debts were charged on the real estate, to be a competent witness to the devise,* as being too deeply concerned in interest not to wish the establishment of the will; for, if it were established, he gained a security for his legacy or debt from the real estate, whereas otherwise he had no claim but on the personal assets. This determination however †alarmed many purchasors and creditors, and threatened to shake most of the titles in the kingdom, that depended on devises by will. For, if the will was attested by a servant to whom wages were due, by the apothecary or attorney whose very attendance made them creditors, or by the minister of the parish who had any demand for tithes or ecclesiastical dues (and these are the persons most likely to be present in the testator's last illness), and if in such case the testator had charged his real estate with the payment of his debts, the whole will, and every disposition therein, so far as related to real property, were held to be utterly void. This occasioned the statute 25 Geo. II. c. 6. which restored both the competency and the credit of such legatees, by declaring void all legacies given to witnesses, and thereby removing all possibility of their interest affecting their testimony. The same statute likewise established the competency of c editors, by directing the testimony of all such creditors to be admitted, but leaving their credit (like that of all other witnesses) to be considered, on a view of all the circumstances, by the court [878] and jury before whom such will shall be contested. And in a much later case" the testimony of three witnesses, who were creditors, was held to be sufficiently credible, though the land was charged with

u M. 31 Geo. II. 4 Bur. I. 430.

4 Previously, "as well as."
- Quoted, 106 Mass. 477.

t-t Quoted, 106 Mass. 477.

+ Cited, 106 Mass. 476; 2 Doug. (Mich.) 529.

the payment of debts; and the reasons given on the former determination were said to be insufficient.*

Another inconvenience was found to attend this new method of conveyance by devise; in that creditors by bond and other specialities, which affected the heir provided he had assets by descent, were now defrauded of their securities, not having the same remedy against the devisee of their debtor. To obviate which, the statute 3 & 4 W. & M. c. 14. hath provided, that all wills, and testaments, limitations, dispositions, and appointments of real estates, by tenants in fee-simple or having power to dispose by will, shall (as against such creditors only) be deemed to be fraudulent and void: and that such creditors may maintain their actions jointly against both the heir and the devisee.


A will of lands, made by the permission and under the control of these statutes, is considered by the courts of law not so much in the nature of a testament, as of a conveyance declaring the uses to which the land shall be subject:† with this difference, that in other conveyances the actual subscription of the witnesses is not required by law, though it is prudent for them so to do, in order to assist their memory when living and to supply their evidence when dead; but in devises of lands such subscription is now absolutely necessary by statute, in order to identify a conveyance, which in it's nature can never be set up till after the death of the devisor. And upon this notion, that a devise affecting lands is merely a species of conveyance [see note 71, page 581] is founded this distinction between such devises and testaments of personal chattels; that the latter will operate upon whatever the testator dies possessed of, the former only upon such real estates as W See pag. 307.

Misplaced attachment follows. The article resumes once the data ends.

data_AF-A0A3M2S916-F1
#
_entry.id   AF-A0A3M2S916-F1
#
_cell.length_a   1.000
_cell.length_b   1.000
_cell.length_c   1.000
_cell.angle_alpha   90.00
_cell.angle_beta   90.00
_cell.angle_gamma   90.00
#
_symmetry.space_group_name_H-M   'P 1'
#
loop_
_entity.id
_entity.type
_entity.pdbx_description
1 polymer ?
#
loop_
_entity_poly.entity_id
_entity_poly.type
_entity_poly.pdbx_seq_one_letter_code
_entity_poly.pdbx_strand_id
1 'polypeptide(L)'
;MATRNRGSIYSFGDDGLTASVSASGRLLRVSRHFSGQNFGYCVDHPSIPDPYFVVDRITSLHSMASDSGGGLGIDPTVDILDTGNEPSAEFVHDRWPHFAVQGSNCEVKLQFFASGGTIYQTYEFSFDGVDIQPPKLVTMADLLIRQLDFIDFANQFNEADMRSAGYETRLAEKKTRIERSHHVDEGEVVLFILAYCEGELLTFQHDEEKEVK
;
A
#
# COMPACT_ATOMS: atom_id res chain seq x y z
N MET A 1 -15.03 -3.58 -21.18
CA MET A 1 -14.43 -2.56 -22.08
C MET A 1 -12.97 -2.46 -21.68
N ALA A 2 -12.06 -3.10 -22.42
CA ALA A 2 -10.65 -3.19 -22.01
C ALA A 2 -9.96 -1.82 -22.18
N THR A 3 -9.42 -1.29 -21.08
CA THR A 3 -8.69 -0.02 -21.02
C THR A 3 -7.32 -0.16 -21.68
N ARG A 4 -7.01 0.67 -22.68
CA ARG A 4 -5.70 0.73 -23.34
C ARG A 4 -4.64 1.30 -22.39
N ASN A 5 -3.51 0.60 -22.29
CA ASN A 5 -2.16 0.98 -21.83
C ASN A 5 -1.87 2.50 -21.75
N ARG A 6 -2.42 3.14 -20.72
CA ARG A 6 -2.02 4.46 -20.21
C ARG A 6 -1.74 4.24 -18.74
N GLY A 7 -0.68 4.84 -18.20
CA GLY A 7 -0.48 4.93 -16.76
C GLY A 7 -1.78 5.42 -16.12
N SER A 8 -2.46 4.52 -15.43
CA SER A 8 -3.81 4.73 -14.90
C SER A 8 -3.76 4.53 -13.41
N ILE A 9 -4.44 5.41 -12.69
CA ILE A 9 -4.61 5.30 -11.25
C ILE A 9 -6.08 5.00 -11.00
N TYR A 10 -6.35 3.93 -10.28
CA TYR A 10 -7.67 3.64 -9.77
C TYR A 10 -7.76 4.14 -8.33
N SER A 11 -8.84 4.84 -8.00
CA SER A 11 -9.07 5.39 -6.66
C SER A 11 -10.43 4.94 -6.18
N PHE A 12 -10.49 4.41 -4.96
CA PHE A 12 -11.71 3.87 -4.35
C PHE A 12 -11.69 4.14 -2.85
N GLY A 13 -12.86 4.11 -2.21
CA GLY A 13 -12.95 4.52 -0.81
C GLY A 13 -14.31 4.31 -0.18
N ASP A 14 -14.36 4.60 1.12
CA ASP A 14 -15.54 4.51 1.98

5 Previously, "adjudged."

* Cited, 3 Har. & McH. 531; 12 Gratt. 248.
+ Cited, 8 Leigh, 474.

were his at the time of executing and publishing his will.** Wherefore † no [379] after-purchased lands will pass under such devices [see note 72, page 583], unless, subsequent to the purchase or contract, the devisor republishes his will.†

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We have now considered the several species of common assurances, whereby a title to lands and tenements may be transferred and conveyed from one man to another. But, before we conclude this head, it may not be improper to take notice of a few general rules and maxims, which have been laid down by courts of justice, for the construction and exposition of them all. These are,

1. That the construction be favourable, and as near the minds and apparent intents of the parties, as the rules of law will admit. For the maxims of law are, that "verba intentioni debent inservire;" and "benigne interpretamur chartas propter simplicitatem laicorum." And therefore the construction must also be reasonable, and agreeable to common understanding."?

2. That quoties in verbis nulla est ambiguitas, ibi nulla exposito contra verba fienda est: but that, where the intention is clear, too minute a stress be not laid on the strict and precise signification of words; nam qui hæret in litera, hæret in cortice. Therefore, by a grant of a remainder a reversion may well pass, and e converso. And another maxim of law is, that "mala grammatica non vitiat chartam; neither false English

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- Quoted, 14 Ga. 550; 6 Hill, 192; Busb. 347; 59 Am. Dec. 560. Cited, 4 Fla. 278; 8 Conn, 32; 11 Fla. 76; 35 Ind. 119; 2 Yeates, 397; 3 Yeates, 238; 6 Jones Eq. 378; 13 Gratt. 123; 94 N. C. 342.

- Quoted, 14 Ga. 550; 5 Watts & S. 114; Busb. 347; 59 Am. Dec. 560. Cited, 29 N. H. 498; 3 Yeates, 232.